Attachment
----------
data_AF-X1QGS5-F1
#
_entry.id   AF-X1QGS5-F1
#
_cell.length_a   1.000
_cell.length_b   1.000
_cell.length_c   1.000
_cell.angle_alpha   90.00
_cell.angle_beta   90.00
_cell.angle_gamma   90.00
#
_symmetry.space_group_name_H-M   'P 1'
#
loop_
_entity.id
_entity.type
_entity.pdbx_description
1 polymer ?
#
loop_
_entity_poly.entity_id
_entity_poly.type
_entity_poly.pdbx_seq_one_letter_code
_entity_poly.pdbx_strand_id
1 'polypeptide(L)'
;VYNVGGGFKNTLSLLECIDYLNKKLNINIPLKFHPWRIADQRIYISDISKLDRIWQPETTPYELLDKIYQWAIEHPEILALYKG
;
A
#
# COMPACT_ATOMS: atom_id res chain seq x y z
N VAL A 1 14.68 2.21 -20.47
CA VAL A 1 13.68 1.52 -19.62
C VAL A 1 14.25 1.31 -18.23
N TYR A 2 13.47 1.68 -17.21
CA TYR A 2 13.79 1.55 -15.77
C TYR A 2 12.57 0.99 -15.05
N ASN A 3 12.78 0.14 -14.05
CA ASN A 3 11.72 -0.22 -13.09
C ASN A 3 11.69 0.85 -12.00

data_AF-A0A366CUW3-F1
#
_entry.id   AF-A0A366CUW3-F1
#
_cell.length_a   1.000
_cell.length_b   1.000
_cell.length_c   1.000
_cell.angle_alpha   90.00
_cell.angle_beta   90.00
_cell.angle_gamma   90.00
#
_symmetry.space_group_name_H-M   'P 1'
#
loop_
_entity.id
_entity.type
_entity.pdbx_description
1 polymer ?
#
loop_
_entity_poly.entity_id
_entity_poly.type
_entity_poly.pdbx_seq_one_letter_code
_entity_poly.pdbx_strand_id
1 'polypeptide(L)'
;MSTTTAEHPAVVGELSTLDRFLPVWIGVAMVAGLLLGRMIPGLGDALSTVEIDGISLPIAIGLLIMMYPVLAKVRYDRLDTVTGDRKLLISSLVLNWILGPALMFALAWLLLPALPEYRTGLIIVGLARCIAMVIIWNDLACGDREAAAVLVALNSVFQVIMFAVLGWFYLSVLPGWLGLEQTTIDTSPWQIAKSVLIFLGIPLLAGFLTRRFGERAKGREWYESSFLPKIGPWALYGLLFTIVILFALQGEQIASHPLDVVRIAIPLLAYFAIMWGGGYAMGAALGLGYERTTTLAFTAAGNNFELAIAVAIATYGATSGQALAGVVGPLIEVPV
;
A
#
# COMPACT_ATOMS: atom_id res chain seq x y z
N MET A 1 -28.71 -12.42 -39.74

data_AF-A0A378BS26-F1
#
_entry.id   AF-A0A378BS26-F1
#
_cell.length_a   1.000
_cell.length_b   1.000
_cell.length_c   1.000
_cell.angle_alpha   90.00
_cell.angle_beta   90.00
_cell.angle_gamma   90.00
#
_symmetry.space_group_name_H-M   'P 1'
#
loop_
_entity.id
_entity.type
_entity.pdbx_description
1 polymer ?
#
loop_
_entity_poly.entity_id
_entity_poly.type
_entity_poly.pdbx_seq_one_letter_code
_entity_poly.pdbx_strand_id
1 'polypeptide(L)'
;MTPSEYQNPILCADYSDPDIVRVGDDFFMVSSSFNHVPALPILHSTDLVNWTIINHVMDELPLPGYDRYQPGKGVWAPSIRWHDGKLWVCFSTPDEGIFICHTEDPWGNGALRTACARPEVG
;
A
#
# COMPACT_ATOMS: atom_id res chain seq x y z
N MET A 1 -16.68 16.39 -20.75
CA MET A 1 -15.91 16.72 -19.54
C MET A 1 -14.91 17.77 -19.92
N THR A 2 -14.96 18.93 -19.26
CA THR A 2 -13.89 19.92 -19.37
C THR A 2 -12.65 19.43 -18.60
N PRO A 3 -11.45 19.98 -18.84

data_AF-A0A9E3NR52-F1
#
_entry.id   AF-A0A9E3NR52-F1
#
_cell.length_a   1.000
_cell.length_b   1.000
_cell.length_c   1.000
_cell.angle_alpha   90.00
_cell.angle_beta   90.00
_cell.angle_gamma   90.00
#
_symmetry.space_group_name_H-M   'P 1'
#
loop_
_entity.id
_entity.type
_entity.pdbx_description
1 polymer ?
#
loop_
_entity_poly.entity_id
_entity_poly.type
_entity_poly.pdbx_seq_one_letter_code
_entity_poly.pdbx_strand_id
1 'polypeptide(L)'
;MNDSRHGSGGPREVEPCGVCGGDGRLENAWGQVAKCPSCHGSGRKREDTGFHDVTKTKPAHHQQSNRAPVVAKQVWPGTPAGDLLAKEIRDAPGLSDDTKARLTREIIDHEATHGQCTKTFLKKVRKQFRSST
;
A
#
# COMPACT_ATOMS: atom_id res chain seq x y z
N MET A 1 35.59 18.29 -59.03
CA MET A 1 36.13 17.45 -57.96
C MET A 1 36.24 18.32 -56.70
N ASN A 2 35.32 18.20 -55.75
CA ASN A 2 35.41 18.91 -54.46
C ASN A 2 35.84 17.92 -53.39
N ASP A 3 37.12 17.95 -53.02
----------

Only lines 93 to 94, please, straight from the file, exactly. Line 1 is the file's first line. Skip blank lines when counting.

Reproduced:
_entity_poly.pdbx_seq_one_letter_code
_entity_poly.pdbx_strand_id